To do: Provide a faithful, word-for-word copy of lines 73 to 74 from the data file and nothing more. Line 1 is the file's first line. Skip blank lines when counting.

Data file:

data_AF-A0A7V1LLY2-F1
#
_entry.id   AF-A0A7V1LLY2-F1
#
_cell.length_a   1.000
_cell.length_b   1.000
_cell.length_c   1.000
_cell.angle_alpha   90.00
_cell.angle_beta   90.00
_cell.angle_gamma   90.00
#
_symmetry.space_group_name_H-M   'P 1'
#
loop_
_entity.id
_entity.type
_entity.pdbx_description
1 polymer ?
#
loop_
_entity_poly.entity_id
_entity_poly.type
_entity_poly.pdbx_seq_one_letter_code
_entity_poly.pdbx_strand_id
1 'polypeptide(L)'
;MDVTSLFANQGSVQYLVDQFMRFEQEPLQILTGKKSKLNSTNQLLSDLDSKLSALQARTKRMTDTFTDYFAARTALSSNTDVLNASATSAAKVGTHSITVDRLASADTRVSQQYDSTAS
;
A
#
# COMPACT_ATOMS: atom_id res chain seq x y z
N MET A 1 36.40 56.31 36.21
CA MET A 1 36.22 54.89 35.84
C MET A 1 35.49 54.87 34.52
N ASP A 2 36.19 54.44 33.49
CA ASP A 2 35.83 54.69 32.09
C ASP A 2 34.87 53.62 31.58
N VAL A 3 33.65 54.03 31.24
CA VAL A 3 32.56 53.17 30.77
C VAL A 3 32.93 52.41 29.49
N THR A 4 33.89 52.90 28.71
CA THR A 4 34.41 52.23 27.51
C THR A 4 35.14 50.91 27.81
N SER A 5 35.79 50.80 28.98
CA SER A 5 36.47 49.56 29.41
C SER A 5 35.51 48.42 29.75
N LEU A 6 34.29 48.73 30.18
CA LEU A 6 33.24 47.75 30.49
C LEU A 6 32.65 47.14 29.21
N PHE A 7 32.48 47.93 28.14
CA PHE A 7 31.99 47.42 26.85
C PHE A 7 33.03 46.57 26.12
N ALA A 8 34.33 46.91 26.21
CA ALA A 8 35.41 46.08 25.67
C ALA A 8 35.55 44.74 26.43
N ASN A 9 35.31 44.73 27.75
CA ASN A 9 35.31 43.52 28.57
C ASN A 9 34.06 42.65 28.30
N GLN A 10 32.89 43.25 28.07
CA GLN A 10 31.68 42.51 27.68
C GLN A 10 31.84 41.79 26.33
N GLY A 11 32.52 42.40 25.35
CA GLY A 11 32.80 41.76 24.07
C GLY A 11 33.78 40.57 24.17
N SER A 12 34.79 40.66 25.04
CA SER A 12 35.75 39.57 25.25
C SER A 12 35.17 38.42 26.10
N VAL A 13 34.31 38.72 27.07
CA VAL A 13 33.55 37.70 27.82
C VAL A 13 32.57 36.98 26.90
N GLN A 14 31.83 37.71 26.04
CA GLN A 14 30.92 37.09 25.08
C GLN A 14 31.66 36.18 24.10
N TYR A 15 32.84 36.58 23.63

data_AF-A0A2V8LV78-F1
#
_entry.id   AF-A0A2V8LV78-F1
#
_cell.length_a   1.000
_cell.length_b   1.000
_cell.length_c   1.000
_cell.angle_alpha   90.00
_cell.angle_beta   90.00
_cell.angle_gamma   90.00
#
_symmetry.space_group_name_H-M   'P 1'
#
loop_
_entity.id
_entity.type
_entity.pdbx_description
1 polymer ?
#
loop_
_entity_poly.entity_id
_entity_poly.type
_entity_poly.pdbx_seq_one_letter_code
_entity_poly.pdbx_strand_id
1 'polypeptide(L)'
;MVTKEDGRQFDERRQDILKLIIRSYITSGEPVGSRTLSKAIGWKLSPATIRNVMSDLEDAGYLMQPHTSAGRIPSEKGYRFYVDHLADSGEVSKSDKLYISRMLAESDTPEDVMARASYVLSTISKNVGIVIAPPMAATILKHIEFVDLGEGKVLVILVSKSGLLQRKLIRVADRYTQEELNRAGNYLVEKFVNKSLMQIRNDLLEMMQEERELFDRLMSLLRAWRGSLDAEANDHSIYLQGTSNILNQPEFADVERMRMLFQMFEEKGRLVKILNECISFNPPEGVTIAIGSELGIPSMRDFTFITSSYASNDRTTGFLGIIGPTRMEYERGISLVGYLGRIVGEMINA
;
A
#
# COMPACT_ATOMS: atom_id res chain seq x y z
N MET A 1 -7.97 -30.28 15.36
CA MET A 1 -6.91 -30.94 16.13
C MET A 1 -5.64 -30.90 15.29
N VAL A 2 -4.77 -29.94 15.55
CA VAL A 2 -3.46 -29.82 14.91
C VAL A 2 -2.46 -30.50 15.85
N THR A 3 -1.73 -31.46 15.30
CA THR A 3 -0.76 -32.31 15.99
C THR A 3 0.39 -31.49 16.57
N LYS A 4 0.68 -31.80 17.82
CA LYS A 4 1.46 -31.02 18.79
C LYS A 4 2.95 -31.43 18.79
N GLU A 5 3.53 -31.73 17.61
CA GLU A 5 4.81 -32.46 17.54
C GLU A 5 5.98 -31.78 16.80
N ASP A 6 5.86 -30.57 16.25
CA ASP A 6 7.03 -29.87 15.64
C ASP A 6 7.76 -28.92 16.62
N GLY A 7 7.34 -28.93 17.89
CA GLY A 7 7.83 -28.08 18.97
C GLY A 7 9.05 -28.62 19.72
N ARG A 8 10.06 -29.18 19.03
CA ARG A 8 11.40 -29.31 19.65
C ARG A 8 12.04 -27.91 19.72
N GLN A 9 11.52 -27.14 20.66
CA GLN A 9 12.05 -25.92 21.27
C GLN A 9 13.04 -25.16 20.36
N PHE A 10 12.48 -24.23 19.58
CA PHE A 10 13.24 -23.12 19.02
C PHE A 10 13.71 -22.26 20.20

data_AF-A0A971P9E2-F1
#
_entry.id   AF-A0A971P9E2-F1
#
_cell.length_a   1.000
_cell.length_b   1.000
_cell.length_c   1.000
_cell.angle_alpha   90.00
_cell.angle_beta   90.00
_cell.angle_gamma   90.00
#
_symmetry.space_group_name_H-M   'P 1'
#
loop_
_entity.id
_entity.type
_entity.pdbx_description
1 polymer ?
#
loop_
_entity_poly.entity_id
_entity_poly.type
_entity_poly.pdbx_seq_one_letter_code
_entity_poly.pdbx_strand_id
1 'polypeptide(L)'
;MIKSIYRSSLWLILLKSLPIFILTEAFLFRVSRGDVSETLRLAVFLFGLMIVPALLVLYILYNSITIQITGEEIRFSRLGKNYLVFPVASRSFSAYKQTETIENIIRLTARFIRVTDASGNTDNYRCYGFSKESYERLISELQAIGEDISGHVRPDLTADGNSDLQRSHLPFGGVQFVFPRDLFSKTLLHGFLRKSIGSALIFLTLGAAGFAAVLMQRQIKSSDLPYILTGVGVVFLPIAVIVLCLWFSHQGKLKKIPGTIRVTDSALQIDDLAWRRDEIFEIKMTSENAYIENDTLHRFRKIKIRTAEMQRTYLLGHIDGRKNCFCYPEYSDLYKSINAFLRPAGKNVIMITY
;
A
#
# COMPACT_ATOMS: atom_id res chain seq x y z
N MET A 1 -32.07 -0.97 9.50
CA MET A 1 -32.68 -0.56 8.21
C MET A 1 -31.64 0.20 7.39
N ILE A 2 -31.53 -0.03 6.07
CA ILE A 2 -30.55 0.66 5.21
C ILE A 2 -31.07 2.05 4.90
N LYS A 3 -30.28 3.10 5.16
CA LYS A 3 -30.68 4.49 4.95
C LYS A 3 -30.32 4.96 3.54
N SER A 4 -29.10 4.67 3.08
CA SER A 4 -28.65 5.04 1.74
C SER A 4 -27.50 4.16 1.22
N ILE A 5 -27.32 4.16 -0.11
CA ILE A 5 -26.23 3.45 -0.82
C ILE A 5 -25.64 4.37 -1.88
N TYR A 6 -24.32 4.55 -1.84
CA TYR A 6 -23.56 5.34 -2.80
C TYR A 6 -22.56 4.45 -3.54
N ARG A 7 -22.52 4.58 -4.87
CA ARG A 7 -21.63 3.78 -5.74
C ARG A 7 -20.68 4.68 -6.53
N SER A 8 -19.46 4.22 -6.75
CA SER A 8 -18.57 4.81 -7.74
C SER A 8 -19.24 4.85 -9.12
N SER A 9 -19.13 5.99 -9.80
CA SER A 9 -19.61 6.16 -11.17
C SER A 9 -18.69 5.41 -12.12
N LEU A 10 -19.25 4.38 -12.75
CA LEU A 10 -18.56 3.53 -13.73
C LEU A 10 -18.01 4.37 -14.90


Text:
N TYR A 15 32.84 36.58 23.63

data_AF-A0A2V8LV78-F1